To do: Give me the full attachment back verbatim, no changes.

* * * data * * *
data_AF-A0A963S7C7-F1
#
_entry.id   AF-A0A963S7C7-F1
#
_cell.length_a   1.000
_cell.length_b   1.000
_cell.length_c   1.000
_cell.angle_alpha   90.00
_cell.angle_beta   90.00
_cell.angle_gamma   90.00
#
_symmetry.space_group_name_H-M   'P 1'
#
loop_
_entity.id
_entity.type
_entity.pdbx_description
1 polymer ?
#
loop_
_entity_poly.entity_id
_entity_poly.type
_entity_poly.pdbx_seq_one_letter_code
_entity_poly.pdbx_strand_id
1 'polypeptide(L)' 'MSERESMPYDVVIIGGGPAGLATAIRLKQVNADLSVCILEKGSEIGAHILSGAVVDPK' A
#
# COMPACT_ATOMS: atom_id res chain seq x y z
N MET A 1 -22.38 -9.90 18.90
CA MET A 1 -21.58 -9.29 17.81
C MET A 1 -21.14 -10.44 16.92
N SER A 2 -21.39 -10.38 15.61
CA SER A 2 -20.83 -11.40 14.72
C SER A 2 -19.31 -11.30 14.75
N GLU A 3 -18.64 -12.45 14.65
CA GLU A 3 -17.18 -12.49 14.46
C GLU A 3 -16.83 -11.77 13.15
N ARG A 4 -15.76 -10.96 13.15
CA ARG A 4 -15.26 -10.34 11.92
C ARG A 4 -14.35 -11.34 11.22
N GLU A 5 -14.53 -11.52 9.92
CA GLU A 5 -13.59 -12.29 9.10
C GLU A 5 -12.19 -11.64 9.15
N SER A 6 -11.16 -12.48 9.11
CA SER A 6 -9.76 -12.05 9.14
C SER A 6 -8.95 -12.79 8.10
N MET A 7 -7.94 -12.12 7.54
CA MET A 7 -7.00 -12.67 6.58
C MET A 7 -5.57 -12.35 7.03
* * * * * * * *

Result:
data_AF-A0A963S7C7-F1
#
_entry.id   AF-A0A963S7C7-F1
#
_cell.length_a   1.000
_cell.length_b   1.000
_cell.length_c   1.000
_cell.angle_alpha   90.00
_cell.angle_beta   90.00
_cell.angle_gamma   90.00
#
_symmetry.space_group_name_H-M   'P 1'
#
loop_
_entity.id
_entity.type
_entity.pdbx_description
1 polymer ?
#
loop_
_entity_poly.entity_id
_entity_poly.type
_entity_poly.pdbx_seq_one_letter_code
_entity_poly.pdbx_strand_id
1 'polypeptide(L)' 'MSERESMPYDVVIIGGGPAGLATAIRLKQVNADLSVCILEKGSEIGAHILSGAVVDPK' A
#
# COMPACT_ATOMS: atom_id res chain seq x y z
N MET A 1 -22.38 -9.90 18.90
CA MET A 1 -21.58 -9.29 17.81
C MET A 1 -21.14 -10.44 16.92
N SER A 2 -21.39 -10.38 15.61
CA SER A 2 -20.83 -11.40 14.72
C SER A 2 -19.31 -11.30 14.75
N GLU A 3 -18.64 -12.45 14.65
CA GLU A 3 -17.18 -12.49 14.46
C GLU A 3 -16.83 -11.77 13.15
N ARG A 4 -15.76 -10.96 13.15
CA ARG A 4 -15.26 -10.34 11.92
C ARG A 4 -14.35 -11.34 11.22
N GLU A 5 -14.53 -11.52 9.92
CA GLU A 5 -13.59 -12.29 9.10
C GLU A 5 -12.19 -11.64 9.15
N SER A 6 -11.16 -12.48 9.11
CA SER A 6 -9.76 -12.05 9.14
C SER A 6 -8.95 -12.79 8.10
N MET A 7 -7.94 -12.12 7.54
CA MET A 7 -7.00 -12.67 6.58
C MET A 7 -5.57 -12.35 7.03